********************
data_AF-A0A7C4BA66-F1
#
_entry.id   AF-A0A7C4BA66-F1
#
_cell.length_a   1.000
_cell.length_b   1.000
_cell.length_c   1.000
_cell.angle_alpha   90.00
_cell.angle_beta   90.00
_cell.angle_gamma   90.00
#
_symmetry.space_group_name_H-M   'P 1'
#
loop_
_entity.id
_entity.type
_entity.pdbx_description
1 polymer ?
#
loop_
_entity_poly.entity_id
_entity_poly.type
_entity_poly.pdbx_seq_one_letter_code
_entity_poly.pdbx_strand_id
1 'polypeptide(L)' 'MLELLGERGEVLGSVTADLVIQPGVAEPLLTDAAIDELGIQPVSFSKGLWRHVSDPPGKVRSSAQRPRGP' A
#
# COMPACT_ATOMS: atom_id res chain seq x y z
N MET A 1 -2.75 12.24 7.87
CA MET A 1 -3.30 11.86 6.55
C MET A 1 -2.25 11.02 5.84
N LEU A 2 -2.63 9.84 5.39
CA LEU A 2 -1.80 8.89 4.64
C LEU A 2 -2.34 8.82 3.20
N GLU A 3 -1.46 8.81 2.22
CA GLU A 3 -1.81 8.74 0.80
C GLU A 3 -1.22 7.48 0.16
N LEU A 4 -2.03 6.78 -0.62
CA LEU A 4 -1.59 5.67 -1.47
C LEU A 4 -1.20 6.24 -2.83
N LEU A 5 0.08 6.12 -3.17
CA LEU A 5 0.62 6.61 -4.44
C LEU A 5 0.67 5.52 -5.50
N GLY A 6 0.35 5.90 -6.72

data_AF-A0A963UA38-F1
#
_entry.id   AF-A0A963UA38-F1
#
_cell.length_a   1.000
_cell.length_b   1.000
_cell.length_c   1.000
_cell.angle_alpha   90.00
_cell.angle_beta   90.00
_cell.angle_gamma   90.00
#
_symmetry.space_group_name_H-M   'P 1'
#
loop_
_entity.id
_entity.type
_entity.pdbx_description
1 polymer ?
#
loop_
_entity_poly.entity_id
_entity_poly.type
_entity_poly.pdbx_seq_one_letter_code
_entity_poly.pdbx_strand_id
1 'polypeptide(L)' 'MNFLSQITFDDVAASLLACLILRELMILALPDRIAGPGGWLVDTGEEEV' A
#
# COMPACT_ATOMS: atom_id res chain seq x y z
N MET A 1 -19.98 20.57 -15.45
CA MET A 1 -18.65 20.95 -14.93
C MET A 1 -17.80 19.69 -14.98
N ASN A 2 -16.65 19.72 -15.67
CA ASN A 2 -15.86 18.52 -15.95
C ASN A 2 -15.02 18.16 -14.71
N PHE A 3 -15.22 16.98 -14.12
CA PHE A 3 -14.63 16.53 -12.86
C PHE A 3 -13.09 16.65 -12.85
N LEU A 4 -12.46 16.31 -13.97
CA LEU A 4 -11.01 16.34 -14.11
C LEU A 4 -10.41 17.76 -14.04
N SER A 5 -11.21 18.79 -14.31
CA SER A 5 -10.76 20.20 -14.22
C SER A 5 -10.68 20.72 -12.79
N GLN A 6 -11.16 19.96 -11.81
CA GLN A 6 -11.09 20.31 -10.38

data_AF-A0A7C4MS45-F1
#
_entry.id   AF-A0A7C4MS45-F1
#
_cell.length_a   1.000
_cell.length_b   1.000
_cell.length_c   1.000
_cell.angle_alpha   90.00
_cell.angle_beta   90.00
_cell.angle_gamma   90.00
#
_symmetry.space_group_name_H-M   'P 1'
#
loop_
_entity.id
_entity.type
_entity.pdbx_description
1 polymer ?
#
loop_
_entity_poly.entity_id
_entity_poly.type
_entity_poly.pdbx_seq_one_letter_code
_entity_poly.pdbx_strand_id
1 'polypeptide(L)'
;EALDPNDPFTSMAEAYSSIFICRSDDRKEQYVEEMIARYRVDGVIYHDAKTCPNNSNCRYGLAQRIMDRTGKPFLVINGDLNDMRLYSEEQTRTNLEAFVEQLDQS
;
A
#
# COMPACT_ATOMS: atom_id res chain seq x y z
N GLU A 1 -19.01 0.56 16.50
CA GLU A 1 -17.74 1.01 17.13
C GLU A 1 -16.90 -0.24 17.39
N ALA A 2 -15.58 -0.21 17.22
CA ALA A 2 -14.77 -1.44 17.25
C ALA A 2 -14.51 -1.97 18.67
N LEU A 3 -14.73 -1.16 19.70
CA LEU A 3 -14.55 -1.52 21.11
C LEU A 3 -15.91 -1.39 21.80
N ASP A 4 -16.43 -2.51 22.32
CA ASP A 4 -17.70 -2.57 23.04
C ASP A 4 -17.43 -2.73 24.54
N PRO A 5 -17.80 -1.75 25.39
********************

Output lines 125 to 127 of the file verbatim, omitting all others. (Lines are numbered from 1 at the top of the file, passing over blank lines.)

CA LEU A 3 -14.55 -1.52 21.11
C LEU A 3 -15.91 -1.39 21.80
N ASP A 4 -16.43 -2.51 22.32